Washington University in St. Louis has set an ambitious goal to reduce greenhouse gas emissions to 1990 levels by 2020 through on-site energy conservation, representing a reduction of 51,300 metric tons of CO2.
In 2010, the university set a goal to reduce greenhouse gas emissions to 1990 levels by 2020 without purchasing carbon offsets. Five years into this effort, we updated the goal to make it even more ambitious. Our new goal is to reduce greenhouse gas emissions to 1990 levels by 2020 including all campus growth, which requires reducing emissions by 51,300 metric tons of CO2 by 2020. This new goal nearly doubles the reduction required by the previous goal.
As of July 2015, we are 14 percent of the way to meeting our new goal. We continue to identify and invest in projects that provide a positive financial return and help us further reduce energy use and emissions.
The university has been very successful in its campaign to reduce energy use over the last 25 years, with energy use remaining flat despite a near doubling of building square footage from 1990 through 2015. With the updated 2020 goal, we are sharpening our focus on reducing carbon emissions. Our experiences to date have demonstrated that projects that result in energy and cost savings do not always reduce carbon emissions due to different levels of emissions from different energy sources. For example, the grid electricity in our region is among the most carbon intensive in the entire US, and projects that reduce overall energy use, measured in British thermal units (Btu), through high-efficiency electrically-powered equipment may actually increase our emissions.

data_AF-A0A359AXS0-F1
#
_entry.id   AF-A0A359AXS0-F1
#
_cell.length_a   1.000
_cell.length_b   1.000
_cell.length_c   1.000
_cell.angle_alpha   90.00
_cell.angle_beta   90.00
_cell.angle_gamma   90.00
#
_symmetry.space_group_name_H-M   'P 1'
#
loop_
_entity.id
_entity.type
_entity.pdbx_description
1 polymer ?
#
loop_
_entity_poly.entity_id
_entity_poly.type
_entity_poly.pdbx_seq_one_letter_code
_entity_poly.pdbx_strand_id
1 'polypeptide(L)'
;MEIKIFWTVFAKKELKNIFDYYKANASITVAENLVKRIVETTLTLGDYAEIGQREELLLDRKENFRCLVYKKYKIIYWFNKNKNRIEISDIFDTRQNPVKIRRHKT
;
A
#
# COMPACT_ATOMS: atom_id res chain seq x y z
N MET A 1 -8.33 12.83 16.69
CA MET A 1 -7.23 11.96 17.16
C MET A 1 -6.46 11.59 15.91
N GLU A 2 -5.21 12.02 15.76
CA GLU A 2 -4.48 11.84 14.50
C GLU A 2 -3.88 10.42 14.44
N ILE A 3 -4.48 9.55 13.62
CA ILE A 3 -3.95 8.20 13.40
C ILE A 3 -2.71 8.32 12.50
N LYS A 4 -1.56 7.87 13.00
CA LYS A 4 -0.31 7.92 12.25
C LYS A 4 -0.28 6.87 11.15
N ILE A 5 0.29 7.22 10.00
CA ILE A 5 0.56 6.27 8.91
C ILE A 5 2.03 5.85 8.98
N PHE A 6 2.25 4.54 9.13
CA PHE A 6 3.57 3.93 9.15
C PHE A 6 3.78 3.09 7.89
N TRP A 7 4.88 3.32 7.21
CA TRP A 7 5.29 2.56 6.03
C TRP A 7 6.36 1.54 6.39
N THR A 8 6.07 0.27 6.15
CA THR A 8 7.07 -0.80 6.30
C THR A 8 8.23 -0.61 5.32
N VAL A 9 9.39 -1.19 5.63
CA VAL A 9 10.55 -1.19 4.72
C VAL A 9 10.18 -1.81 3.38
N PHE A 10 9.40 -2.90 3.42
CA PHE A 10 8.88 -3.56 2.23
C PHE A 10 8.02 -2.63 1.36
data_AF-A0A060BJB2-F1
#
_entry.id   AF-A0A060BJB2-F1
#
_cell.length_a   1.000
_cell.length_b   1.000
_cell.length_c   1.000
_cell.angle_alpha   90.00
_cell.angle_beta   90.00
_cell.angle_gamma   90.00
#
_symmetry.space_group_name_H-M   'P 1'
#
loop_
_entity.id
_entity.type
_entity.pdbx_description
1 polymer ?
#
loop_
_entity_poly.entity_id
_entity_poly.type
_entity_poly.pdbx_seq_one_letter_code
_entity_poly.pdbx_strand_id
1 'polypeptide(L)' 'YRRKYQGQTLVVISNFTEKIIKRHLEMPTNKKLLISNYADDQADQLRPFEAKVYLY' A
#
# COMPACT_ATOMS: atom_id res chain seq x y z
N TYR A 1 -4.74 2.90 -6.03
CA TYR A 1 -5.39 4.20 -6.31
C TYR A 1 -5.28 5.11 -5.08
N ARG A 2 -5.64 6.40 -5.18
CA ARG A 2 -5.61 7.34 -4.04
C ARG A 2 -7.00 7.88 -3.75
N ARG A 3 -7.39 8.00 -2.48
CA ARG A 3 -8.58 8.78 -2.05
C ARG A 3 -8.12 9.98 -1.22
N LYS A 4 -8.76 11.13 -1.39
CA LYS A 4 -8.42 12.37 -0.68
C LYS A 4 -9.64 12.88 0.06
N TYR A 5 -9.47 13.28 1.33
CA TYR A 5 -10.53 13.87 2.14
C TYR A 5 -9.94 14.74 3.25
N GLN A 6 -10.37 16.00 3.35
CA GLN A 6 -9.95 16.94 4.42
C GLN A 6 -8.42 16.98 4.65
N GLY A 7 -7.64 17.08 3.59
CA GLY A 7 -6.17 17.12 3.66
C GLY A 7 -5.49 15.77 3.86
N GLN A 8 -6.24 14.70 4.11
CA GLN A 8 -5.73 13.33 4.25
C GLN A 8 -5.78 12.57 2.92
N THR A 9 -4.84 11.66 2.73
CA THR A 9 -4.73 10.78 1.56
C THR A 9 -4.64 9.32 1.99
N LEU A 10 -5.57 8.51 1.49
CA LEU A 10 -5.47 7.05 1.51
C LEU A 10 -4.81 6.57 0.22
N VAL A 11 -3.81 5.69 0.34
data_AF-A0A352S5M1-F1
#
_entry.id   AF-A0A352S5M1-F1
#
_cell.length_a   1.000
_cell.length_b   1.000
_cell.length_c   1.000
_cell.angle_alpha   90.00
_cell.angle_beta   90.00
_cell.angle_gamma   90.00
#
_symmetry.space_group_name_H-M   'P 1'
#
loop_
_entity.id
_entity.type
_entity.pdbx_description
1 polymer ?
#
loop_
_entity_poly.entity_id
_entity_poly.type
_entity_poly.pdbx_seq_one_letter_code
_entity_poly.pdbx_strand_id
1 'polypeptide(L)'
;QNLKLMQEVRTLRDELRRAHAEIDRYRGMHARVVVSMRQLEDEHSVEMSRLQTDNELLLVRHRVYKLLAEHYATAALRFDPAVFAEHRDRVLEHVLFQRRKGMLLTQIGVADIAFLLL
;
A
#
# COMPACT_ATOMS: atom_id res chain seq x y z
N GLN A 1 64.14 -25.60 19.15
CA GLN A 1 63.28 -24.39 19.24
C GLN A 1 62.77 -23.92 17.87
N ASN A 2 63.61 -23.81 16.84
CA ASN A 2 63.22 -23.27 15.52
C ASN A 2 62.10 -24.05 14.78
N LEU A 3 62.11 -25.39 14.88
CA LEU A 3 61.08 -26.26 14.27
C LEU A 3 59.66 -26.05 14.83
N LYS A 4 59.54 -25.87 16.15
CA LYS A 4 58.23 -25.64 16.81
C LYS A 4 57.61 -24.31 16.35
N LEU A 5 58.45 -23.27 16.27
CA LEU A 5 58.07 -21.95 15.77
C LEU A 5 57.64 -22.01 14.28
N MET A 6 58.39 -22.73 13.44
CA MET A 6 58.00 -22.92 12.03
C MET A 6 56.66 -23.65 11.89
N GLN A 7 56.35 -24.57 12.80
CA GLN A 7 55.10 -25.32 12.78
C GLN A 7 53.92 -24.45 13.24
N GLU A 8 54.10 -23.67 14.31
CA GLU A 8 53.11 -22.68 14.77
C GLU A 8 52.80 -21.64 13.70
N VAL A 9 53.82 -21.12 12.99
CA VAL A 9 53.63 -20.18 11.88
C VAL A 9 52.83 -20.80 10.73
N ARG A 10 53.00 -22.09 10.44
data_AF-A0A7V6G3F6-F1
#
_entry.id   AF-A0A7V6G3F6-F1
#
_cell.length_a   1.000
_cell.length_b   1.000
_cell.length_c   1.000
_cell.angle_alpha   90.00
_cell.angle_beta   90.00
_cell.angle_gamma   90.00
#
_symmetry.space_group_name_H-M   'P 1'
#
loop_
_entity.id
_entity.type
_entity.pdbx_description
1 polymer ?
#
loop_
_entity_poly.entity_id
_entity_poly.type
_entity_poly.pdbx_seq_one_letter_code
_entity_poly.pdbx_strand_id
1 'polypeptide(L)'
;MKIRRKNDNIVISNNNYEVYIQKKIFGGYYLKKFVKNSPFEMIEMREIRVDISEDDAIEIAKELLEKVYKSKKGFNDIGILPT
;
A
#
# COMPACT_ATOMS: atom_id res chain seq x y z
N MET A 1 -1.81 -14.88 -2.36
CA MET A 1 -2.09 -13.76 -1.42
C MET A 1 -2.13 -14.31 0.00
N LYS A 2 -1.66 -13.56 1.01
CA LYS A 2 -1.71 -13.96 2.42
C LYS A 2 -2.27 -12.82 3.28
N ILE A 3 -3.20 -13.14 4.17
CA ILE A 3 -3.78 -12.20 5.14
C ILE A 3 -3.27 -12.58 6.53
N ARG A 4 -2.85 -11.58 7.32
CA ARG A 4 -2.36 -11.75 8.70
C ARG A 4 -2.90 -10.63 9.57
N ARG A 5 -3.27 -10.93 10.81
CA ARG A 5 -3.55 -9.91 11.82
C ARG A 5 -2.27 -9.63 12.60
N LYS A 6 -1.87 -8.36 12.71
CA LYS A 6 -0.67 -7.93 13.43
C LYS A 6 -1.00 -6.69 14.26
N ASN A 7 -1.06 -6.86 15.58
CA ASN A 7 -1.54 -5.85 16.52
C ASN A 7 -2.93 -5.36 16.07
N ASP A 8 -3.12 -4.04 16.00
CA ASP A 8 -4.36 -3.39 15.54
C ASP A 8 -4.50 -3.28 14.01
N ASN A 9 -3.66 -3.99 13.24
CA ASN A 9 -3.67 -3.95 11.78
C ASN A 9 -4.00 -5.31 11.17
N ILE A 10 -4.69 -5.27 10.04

One way to address such a concern would be to procure lower-carbon electricity. Since WashU is located in a regulated utility market, we are unable to procure lower-carbon electricity sources. Moving forward, emissions reduction will be an explicit focus of decision-making to ensure projects contribute to our greenhouse gas reduction goal in both the short-term and long-term.